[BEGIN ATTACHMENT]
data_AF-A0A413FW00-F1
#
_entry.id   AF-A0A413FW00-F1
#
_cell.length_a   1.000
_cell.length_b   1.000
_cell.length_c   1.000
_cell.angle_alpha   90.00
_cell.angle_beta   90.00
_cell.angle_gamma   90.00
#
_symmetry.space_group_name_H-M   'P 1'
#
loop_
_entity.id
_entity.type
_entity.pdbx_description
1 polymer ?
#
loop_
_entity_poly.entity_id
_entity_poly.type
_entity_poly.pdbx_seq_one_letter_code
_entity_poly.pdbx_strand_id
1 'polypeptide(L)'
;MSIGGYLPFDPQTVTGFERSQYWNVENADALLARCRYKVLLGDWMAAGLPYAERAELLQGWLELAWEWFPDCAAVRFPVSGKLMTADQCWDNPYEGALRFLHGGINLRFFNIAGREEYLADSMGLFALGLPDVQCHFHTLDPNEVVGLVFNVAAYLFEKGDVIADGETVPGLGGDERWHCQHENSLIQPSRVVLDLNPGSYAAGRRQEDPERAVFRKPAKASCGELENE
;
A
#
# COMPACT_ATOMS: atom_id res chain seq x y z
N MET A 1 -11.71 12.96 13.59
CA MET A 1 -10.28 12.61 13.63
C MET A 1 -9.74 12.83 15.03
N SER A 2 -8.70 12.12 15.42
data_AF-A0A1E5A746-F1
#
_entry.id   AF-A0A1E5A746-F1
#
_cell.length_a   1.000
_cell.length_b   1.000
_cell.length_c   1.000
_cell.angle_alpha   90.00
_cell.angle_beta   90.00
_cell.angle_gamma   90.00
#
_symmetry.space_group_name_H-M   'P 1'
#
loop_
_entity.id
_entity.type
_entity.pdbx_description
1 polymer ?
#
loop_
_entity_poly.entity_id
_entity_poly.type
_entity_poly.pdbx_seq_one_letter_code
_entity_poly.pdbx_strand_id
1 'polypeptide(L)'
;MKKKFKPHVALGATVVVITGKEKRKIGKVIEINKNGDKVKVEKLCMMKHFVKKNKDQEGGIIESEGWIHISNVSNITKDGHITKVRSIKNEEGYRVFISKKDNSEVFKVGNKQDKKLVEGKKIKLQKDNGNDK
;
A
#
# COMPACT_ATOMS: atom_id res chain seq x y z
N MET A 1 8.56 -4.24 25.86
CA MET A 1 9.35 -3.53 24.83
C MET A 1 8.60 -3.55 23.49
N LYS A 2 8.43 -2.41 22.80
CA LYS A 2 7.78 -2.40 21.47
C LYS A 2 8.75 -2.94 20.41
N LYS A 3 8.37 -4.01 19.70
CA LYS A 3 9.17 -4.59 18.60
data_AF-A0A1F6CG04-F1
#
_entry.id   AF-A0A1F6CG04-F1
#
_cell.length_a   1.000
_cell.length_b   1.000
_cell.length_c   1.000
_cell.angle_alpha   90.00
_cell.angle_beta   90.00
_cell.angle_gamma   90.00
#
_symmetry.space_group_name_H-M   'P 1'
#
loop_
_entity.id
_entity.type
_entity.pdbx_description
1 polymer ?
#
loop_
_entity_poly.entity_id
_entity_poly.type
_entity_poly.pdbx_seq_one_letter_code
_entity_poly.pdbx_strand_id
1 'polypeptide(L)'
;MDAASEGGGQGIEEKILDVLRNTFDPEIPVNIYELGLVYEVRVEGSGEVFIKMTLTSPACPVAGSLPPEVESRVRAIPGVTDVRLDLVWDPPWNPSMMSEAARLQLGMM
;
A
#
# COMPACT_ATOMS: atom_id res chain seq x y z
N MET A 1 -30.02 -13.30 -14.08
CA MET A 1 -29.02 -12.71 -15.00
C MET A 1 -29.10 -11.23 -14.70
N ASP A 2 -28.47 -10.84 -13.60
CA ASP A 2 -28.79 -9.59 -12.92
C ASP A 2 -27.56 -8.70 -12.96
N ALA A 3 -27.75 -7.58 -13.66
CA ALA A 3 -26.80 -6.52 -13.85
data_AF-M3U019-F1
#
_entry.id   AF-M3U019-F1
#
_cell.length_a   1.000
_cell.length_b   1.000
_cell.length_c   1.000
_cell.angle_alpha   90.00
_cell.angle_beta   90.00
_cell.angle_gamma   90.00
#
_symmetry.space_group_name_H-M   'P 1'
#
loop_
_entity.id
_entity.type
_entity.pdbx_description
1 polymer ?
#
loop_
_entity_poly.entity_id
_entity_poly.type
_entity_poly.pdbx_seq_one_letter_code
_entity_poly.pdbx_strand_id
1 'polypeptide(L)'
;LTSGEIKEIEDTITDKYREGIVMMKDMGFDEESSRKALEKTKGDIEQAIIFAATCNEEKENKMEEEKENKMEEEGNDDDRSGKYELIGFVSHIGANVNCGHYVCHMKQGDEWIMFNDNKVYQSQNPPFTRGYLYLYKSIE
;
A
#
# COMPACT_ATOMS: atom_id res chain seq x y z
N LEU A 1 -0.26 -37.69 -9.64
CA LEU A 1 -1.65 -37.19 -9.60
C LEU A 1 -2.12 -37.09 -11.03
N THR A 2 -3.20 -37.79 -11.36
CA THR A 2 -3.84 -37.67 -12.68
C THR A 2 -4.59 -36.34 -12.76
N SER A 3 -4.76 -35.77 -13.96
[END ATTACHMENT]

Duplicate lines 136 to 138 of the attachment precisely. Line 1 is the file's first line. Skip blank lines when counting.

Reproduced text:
;LTSGEIKEIEDTITDKYREGIVMMKDMGFDEESSRKALEKTKGDIEQAIIFAATCNEEKENKMEEEKENKMEEEGNDDDRSGKYELIGFVSHIGANVNCGHYVCHMKQGDEWIMFNDNKVYQSQNPPFTRGYLYLYKSIE
;
A